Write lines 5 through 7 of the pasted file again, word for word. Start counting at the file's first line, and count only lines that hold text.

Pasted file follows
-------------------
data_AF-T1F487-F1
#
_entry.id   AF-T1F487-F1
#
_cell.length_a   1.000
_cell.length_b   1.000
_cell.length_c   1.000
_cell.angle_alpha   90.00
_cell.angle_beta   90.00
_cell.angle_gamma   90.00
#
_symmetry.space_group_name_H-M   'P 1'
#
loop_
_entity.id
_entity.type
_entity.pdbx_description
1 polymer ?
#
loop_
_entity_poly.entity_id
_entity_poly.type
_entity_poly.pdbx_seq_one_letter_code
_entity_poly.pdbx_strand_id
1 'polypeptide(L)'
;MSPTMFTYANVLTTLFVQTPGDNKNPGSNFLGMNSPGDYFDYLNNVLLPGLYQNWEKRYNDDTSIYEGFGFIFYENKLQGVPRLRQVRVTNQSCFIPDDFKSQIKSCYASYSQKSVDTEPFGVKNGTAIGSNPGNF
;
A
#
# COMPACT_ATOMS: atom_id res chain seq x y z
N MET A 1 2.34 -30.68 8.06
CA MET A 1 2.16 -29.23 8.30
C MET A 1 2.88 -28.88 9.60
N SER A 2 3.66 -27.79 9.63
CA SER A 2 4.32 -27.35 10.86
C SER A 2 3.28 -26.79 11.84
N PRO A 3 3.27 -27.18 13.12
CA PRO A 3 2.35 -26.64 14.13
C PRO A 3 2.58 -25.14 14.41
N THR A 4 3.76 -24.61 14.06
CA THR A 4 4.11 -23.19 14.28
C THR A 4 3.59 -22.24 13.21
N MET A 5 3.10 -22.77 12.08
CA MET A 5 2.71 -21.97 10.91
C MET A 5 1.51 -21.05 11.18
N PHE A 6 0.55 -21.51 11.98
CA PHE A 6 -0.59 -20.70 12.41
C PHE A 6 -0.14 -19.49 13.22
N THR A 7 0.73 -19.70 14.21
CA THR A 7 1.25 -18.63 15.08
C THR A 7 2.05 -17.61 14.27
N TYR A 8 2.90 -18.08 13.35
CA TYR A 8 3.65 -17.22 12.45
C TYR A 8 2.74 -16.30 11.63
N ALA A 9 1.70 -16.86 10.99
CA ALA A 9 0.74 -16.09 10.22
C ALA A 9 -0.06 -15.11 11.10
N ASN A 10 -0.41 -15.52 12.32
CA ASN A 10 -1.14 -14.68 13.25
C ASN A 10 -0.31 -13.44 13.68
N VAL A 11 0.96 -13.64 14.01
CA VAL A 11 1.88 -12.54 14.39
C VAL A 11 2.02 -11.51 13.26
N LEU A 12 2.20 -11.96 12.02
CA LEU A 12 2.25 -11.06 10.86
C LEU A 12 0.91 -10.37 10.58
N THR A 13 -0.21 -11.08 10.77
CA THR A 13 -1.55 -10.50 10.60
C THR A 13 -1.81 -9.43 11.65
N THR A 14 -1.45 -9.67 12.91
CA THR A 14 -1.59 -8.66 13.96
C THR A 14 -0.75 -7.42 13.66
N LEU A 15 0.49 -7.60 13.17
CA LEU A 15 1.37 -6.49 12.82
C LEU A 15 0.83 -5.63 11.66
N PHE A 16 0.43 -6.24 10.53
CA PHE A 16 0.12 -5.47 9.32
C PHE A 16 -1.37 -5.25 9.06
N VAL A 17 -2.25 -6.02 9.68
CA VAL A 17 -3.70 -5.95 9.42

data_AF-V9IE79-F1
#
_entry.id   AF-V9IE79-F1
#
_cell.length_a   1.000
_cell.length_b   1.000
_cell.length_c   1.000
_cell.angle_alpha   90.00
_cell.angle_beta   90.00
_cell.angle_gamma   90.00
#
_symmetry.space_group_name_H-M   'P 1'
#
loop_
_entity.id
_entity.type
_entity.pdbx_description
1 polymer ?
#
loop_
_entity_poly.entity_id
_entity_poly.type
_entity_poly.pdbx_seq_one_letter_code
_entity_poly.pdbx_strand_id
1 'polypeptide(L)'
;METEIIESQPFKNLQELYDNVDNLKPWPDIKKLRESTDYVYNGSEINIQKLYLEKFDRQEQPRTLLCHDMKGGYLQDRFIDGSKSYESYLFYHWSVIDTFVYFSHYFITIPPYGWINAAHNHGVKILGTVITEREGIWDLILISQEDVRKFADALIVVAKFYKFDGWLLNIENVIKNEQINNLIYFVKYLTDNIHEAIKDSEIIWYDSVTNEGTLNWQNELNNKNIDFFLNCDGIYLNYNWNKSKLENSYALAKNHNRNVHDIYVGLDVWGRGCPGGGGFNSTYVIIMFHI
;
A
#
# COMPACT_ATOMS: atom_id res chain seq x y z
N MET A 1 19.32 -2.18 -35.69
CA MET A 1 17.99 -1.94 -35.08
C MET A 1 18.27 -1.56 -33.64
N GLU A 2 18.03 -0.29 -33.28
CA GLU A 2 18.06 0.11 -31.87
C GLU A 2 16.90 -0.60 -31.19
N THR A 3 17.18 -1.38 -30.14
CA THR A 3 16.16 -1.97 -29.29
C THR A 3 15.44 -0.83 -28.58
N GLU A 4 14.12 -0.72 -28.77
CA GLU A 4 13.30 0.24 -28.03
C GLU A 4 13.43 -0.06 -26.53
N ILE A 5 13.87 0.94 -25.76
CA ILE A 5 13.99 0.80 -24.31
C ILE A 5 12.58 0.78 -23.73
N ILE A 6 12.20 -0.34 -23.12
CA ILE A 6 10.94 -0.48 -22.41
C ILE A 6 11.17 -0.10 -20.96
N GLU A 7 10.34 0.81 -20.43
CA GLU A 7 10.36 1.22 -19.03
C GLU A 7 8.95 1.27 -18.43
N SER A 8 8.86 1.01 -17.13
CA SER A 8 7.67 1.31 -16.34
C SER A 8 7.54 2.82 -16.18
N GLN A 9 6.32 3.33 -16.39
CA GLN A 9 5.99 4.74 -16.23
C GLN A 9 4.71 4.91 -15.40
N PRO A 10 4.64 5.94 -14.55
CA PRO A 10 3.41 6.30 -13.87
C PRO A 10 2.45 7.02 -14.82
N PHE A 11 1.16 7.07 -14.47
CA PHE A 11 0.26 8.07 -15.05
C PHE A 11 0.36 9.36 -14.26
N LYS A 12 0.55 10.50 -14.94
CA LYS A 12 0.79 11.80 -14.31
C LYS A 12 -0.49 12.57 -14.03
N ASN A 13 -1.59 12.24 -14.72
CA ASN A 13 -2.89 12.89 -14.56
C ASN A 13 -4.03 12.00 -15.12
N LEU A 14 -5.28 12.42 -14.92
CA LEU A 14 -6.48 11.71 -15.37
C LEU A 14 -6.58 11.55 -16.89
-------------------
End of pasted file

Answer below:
_cell.length_a   1.000
_cell.length_b   1.000
_cell.length_c   1.000